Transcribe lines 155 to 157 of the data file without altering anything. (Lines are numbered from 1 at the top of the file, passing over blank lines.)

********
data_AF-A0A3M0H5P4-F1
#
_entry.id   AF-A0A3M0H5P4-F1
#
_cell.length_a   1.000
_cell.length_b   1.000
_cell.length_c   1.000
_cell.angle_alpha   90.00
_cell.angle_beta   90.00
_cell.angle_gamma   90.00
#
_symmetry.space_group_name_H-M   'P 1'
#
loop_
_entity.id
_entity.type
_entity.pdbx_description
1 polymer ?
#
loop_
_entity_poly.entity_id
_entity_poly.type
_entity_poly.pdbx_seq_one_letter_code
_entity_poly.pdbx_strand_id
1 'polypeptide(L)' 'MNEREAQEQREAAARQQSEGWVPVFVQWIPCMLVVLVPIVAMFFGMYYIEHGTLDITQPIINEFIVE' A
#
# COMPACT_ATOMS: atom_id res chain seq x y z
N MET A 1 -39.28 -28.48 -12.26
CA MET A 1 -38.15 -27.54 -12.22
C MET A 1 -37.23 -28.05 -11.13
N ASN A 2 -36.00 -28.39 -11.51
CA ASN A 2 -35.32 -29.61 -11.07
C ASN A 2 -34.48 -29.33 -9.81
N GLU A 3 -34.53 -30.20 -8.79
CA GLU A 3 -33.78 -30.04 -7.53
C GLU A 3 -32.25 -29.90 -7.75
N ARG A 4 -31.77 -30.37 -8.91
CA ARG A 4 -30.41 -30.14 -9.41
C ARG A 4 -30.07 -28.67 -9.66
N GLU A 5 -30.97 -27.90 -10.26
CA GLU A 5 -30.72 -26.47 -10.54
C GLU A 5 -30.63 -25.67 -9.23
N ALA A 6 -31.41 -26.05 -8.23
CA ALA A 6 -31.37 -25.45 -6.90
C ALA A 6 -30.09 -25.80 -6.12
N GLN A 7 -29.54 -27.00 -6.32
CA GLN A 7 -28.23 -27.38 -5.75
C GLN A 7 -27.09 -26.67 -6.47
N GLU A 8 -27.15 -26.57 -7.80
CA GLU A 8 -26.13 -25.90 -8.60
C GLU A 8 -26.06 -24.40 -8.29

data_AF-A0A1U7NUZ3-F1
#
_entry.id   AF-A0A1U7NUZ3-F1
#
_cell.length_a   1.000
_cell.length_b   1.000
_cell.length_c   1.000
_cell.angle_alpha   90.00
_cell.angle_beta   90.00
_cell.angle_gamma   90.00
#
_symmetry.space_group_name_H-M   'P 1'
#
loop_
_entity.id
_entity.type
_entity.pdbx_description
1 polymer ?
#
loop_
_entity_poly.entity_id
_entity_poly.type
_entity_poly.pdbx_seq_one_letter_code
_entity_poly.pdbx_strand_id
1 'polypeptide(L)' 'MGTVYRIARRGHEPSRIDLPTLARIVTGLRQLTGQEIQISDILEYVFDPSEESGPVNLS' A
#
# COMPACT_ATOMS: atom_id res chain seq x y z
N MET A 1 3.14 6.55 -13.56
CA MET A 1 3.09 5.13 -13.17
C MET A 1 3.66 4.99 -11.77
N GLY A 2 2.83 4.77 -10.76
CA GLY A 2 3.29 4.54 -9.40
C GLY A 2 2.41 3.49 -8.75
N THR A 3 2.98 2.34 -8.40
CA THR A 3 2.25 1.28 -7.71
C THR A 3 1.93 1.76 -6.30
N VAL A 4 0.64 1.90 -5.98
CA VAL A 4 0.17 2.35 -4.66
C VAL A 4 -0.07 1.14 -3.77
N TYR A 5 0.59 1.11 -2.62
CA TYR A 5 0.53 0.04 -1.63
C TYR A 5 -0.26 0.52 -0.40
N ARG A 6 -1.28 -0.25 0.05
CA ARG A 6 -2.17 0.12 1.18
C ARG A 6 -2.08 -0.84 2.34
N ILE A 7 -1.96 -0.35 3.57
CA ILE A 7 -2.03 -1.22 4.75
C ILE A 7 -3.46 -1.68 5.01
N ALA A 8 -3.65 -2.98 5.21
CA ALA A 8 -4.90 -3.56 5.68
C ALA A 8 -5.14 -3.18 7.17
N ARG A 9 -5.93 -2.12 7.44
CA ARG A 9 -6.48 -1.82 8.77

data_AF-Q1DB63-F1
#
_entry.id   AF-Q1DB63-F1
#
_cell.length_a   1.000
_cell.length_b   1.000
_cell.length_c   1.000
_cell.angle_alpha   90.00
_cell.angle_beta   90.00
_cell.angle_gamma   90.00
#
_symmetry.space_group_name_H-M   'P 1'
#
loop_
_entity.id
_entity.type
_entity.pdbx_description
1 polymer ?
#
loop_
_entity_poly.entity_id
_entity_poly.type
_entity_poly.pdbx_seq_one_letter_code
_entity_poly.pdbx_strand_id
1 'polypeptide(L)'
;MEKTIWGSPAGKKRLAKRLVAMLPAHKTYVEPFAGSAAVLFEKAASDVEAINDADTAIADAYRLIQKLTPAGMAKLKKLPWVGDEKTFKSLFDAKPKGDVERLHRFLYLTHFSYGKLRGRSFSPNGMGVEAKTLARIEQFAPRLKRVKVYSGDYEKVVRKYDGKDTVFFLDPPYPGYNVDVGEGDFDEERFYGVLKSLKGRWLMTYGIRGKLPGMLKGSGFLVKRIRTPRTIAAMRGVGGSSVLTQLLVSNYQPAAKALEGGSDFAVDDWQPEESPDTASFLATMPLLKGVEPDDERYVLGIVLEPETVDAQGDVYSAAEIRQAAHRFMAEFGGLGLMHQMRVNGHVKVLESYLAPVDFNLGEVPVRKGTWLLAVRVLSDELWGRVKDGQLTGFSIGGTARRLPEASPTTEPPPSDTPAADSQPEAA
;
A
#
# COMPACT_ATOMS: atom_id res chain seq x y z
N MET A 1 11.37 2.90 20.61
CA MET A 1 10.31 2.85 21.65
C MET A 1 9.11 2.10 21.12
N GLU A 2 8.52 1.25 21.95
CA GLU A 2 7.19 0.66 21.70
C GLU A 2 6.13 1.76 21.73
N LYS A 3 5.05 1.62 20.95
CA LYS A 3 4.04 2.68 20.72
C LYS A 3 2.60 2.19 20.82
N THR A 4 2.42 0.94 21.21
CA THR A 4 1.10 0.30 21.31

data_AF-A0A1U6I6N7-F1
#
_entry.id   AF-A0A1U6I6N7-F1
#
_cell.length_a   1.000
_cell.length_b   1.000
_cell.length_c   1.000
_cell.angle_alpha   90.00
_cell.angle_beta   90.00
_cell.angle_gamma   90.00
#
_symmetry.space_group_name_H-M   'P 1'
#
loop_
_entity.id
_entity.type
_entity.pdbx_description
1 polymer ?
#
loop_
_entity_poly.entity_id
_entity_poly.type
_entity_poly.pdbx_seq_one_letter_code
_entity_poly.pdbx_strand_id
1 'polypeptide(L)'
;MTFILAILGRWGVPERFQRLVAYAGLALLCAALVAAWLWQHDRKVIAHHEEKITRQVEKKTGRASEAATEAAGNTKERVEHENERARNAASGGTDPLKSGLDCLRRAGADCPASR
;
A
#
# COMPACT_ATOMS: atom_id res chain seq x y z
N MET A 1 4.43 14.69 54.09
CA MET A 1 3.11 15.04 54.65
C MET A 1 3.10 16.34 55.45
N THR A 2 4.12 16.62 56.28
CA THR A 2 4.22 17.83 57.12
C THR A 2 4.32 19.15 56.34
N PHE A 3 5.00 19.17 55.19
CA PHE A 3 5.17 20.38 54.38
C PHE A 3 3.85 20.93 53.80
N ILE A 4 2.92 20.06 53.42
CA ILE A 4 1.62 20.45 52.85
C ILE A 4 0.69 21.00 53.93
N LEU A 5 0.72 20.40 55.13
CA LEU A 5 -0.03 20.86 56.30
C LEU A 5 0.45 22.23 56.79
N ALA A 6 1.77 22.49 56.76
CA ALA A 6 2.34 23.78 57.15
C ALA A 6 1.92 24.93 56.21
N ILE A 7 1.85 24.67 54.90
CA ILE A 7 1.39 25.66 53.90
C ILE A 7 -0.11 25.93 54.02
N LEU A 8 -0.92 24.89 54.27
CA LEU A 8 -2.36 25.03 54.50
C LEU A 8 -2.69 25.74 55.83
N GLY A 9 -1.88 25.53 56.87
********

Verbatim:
_cell.angle_gamma   90.00
#
_symmetry.space_group_name_H-M   'P 1'